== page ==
Great Lakes have most ice in decades thanks to bitter winter

Jan 29, 2014

This winter's frigid temperatures have produced the largest amount of ice cover on the Great Lakes in at least 25 years.

Roughly 60 percent of the lakes are now under a cover of , according to the Great Lakes Environmental Research Laboratory in Ann Arbor, Mich.

The ice cover could help lake levels this summer, but that is far from certain. And biologists are keeping a close eye on northern Lake Superior in the hope that an ice bridge will link Ontario to Isle Royale.

The island is the home to a struggling gray wolf population in desperate need of new genetic stock - and more wolves.

One possible effect of so much ice this winter is that come summer the "lake effect" in cities like Milwaukee, Chicago and Duluth could be even cooler.

The ice cover this winter is a stark contrast to last winter, when the five lakes had only 38 percent cover, according to the research laboratory, which tracks ice conditions on the lakes. The long-term average of the lakes is about 50 percent, according to George Leshkevich, a scientist with the laboratory which is part of the National Oceanic and Atmospheric Administration.

Of all of the lakes, Lake Michigan currently has the smallest amount of ice - about 38 percent. But Lake Erie is almost entirely covered. Leshkevich says Erie often gets the most ice because it is the shallowest of the Great Lakes.

To the north, 57 percent of Lake Superior is covered with ice. As the deepest of the Great Lakes, Leshkevich said, Lake Superior takes more sustained cold air to freeze, and because it produces considerable wave action from prevailing westerly winds, ice is slower to form.

With record low water levels on Lake Michigan and Lake Erie, the massive amount of ice could have a beneficial effect by slowing evaporation from the lake, but other factors could limit the effect.

Last February, the U.S. Army Corps of Engineers reported that Lake Michigan and Lake Erie hit their lowest recorded levels. Last summer, the Milwaukee Journal Sentinel reported on 14 years of below-average water levels on the lakes.

But the relationship between ice cover, evaporation and is complex.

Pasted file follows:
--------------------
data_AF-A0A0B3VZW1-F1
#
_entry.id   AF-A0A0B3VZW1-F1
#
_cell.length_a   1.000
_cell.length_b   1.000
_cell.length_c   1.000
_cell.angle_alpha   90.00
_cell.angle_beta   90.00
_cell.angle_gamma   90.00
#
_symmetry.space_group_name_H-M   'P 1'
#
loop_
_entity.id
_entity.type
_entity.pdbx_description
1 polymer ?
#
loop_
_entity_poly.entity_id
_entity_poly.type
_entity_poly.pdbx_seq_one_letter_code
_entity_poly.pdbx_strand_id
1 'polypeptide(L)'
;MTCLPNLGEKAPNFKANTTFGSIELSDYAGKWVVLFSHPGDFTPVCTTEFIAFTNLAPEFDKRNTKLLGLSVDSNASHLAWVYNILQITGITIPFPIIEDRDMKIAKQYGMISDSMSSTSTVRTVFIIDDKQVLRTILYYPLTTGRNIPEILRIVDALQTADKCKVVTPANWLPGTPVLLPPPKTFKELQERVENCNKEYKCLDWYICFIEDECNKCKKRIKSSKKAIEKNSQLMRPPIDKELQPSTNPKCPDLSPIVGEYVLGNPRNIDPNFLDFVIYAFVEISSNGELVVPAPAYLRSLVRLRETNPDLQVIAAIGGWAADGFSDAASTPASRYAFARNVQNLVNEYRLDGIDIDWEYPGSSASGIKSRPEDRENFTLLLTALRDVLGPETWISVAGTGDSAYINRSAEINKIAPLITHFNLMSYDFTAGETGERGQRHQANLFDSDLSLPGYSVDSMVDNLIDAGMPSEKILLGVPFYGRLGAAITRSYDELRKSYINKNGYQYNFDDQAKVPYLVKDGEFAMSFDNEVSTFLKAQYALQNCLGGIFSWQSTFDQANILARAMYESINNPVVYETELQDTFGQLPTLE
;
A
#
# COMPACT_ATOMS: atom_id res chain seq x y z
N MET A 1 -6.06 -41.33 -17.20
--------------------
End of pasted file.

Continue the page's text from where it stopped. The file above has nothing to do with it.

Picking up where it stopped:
Researcher Jay Austin of the University of Minnesota-Duluth says that the ice "acts like a giant piece of plastic" over the lake. That means water can't evaporate as readily from sunlight.

Austin says that this season's cold weather in late fall and early winter, combined with the relatively warmer water, creates conditions that are "tremendously evaporative."

"Lake smoke" in cities like Milwaukee and Duluth can often be seen rising from the lake. That's evaporation, Austin says.

"So to get to all of this ice, there had to be a lot of evaporation in the first place," Austin said.

In his research, Austin has found that in years of extensive has meant that lakes take much longer to warm the next summer. That could mean cooler lake side temperatures in the spring and summer of 2014

Satellite maps show northern Lake Superior socked in with ice.

On Isle Royale, as late as last Thursday, wolf researcher Rolf Peterson of Michigan Tech said by email that he could still see gaps in the ice and it was premature to say a bridge had formed.

Biologists hope that will happen - the last time was 2008. If ice from Ontario stretches to the island, it could mean the introduction of new wolves, which could help boost the population and diversify the gene pool.

The last time a wolf migrated across the ice was 1997.

The wolf population on the island dropped from 16 in 2011 to eight in 2013.

In their post from the island on Jan. 12, researchers from Michigan Tech tracking the wolf and moose population on the island wrote:

"If climate projections are accurate, only one or two more ice bridges are likely before the is expected to be perpetually free of any significant ice formation (by 2040).

"Ice bridges are important because they represent the possibility that a wolf can migrate from Canada and infuse the population with new genetic material - this appears vital for the population's vitality.'

Explore further: Great Lakes evaporation study dispels misconceptions, need for expanded monitoring program

4.8 /5 (4 votes)
add to favorites email to friend print save as pdf

Related Stories

Lake Erie algae, ice, make a nice mix in winter

Jan 11, 2012

Clarkson University Biology Professor Michael R. Twiss has been working with colleagues and students from Ohio, Pennsylvania, Tennessee and Ontario, to study Lake Erie over the past five winters during mid-winter, ...

Lakes discovered beneath Greenland ice sheet

Nov 27, 2013

The study, published in Geophysical Research Letters, discovered two subglacial lakes 800 metres below the Greenland Ice Sheet. The two lakes are each roughly 8-10 km2, and at one point may have been up to t ...

NASA helps melt secrets of Great Lakes ice

Nov 14, 2013

(Phys.org) —Two scientists from NASA and NOAA have developed a new space-based technique for monitoring the ice cover of the Great Lakes that is so accurate it can identify a narrow channel of open water ...

Recommended for you

Beijing's focus on coal lost in haze of smog

4 hours ago

The soaring, grimy chimneys of the coal-fired power station have belched the last of their choking fumes into Beijing's air, authorities say—but experts doubt the plan will ease the capital's smog.

Stopping the leaks

22 hours ago

When a big old cast-iron water main blows, it certainly makes for a spectacular media event.

User comments : 0